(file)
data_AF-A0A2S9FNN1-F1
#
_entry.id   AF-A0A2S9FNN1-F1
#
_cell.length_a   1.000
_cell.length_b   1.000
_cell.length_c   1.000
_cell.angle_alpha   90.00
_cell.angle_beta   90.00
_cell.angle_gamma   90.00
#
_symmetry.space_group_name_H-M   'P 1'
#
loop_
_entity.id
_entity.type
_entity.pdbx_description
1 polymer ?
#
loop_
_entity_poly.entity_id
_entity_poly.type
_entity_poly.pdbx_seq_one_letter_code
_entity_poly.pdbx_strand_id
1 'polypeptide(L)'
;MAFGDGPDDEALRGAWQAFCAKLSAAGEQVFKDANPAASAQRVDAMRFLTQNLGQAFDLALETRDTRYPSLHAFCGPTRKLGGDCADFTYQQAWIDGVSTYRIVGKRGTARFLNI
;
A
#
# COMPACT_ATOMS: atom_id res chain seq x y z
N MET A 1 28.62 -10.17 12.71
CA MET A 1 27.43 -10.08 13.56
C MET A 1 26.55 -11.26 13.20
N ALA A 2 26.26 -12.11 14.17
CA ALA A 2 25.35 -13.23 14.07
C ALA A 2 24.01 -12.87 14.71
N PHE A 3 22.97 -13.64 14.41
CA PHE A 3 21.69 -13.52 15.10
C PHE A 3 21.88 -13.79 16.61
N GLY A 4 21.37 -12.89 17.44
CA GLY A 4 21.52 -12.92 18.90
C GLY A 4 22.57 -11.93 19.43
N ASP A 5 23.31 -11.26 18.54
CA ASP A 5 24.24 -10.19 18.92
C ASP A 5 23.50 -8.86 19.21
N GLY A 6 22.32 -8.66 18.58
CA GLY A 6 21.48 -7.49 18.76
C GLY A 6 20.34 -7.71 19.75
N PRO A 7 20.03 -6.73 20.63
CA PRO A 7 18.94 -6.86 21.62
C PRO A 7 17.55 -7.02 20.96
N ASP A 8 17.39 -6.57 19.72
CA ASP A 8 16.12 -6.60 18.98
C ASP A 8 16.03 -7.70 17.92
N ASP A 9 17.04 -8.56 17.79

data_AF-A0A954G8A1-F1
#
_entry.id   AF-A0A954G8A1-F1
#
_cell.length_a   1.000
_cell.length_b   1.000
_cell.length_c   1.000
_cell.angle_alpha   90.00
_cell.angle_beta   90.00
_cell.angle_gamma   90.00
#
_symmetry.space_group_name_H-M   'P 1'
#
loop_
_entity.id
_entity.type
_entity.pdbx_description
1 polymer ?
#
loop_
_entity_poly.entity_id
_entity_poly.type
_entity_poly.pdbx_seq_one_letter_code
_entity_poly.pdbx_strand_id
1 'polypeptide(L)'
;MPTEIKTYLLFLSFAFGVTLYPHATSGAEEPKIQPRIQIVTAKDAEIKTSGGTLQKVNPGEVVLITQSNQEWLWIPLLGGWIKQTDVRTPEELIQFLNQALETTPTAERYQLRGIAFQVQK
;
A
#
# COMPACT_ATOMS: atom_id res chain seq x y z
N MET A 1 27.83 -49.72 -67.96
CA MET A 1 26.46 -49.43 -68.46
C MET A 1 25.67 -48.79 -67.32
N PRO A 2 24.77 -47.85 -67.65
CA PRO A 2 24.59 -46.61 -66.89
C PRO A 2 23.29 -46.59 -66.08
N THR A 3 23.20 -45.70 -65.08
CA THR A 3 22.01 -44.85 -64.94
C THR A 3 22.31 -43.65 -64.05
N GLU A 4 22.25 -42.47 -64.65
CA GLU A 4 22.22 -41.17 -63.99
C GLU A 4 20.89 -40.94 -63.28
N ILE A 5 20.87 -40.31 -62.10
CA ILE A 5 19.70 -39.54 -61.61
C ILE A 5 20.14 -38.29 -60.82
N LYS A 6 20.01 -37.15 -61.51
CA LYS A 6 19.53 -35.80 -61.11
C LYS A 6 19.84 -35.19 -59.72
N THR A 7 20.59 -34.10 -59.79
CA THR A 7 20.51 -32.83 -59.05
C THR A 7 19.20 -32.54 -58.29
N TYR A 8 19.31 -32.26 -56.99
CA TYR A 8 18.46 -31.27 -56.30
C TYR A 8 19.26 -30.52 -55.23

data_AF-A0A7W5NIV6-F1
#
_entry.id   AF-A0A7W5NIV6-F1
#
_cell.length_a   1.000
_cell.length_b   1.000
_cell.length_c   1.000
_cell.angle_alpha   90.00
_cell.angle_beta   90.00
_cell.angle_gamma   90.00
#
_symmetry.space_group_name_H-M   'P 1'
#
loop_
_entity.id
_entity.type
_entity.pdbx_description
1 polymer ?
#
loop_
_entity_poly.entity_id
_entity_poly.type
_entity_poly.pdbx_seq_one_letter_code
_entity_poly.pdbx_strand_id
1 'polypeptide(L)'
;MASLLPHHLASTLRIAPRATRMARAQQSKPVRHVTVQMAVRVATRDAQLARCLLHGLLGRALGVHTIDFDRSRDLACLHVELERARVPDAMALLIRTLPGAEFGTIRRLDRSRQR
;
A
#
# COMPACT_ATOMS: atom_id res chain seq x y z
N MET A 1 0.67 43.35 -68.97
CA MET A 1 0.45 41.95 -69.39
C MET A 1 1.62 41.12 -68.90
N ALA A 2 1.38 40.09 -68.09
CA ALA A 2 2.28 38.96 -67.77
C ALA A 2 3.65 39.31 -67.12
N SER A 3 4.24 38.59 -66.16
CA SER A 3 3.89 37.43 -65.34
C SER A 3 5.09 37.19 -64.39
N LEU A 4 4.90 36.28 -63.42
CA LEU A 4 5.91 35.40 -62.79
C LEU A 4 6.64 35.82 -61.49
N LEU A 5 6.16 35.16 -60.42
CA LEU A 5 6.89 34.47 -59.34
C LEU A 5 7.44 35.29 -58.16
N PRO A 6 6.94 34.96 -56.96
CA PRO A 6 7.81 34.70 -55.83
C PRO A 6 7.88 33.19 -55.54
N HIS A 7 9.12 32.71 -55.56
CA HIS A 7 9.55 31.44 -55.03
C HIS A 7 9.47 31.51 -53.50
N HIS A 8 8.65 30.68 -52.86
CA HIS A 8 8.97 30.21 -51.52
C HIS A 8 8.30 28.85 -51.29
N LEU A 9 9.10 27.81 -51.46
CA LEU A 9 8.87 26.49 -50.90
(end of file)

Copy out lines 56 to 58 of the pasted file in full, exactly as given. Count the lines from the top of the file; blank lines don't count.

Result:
data_AF-A0A954G8A1-F1
#
_entry.id   AF-A0A954G8A1-F1